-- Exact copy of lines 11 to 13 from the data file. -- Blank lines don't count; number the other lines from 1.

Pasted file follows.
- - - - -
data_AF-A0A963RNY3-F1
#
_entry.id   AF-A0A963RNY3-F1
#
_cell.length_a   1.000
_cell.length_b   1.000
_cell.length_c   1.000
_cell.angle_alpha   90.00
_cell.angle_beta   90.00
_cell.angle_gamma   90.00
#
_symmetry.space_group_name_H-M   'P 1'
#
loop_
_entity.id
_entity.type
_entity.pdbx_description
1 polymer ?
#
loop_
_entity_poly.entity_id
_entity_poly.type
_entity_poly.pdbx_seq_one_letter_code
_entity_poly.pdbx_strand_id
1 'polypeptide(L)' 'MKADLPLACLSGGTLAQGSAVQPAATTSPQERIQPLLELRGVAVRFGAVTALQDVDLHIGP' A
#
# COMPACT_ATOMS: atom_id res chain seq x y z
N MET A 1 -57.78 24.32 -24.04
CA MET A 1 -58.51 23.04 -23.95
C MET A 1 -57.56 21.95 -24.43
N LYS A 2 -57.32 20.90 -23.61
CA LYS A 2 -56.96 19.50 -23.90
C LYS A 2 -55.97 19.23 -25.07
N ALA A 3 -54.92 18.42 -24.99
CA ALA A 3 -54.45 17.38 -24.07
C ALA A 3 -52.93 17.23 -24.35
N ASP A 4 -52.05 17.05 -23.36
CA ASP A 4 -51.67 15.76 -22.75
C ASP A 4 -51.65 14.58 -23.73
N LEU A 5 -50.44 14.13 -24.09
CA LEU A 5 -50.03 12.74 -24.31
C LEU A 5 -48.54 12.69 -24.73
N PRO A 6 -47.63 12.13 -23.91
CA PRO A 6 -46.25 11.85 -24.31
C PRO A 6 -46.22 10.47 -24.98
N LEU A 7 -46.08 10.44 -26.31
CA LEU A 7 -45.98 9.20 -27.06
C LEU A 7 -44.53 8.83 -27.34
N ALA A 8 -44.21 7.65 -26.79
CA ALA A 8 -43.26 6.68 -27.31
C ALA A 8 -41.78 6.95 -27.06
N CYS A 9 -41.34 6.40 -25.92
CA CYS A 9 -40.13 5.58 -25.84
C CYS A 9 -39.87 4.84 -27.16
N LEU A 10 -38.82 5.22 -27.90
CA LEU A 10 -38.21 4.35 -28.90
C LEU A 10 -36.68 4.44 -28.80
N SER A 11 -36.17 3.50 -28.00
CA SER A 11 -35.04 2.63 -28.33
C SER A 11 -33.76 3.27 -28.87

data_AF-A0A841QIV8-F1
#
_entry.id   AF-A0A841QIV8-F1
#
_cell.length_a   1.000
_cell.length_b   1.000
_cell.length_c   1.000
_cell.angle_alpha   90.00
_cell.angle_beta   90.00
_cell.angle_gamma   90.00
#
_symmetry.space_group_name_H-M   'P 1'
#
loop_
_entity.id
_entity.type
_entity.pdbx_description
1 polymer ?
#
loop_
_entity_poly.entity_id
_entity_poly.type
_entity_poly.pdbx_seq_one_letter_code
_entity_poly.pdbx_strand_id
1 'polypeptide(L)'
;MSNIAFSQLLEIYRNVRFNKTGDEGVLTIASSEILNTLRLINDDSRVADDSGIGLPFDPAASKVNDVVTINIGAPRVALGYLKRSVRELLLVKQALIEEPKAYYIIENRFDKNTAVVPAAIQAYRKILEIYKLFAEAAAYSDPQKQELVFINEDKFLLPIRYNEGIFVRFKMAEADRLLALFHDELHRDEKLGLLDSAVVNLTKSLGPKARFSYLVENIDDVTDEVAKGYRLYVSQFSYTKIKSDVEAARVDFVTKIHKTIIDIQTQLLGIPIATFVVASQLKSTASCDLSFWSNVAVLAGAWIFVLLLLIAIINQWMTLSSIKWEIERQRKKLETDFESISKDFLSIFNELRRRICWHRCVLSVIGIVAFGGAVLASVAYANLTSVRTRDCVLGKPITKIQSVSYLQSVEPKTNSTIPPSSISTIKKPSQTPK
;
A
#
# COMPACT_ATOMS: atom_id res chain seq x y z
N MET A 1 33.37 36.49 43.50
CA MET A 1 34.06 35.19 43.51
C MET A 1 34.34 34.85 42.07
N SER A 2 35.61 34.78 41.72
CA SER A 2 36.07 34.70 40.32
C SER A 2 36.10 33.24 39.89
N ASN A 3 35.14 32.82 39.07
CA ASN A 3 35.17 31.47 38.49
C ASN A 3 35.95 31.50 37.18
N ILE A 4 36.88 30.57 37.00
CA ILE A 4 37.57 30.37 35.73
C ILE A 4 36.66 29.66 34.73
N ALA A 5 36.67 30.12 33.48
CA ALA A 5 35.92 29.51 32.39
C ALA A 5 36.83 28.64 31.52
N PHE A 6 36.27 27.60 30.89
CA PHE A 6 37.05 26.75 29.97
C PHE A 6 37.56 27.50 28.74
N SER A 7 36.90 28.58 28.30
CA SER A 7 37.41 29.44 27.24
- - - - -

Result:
#
_symmetry.space_group_name_H-M   'P 1'
#